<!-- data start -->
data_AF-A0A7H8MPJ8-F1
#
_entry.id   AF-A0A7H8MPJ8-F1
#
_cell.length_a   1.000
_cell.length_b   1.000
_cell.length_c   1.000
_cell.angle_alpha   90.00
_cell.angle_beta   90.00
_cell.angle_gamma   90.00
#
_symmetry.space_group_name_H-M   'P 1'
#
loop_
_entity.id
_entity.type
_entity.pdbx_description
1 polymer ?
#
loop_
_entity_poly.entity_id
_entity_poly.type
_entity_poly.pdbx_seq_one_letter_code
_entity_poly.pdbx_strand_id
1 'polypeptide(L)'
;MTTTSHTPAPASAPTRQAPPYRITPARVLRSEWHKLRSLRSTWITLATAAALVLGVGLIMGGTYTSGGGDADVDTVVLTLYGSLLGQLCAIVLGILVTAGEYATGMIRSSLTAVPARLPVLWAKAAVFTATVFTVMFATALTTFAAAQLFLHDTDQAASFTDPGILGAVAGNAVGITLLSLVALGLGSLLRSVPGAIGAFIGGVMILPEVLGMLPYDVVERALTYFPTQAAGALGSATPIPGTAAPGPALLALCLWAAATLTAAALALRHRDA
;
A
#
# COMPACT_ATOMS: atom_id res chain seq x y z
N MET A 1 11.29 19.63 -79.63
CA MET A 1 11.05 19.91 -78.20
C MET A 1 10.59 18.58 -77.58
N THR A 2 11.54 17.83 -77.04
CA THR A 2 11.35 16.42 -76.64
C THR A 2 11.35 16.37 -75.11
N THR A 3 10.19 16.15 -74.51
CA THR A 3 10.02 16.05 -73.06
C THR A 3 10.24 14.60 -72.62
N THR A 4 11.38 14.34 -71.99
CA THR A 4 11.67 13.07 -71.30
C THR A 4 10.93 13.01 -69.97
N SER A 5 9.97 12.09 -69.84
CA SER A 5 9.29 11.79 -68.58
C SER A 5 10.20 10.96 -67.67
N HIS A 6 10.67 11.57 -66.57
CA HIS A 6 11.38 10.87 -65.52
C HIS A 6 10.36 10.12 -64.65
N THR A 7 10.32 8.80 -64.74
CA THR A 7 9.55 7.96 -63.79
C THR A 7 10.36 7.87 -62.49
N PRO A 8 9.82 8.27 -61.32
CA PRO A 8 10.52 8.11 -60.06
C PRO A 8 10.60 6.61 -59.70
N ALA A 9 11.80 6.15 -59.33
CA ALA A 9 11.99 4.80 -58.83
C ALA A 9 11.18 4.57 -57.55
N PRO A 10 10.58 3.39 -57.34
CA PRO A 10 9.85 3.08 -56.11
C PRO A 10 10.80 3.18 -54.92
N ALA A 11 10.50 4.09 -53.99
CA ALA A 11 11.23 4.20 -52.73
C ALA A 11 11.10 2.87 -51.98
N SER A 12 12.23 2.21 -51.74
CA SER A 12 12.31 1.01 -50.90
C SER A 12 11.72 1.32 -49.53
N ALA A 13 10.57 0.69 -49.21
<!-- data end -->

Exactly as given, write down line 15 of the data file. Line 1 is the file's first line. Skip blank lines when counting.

_entity.id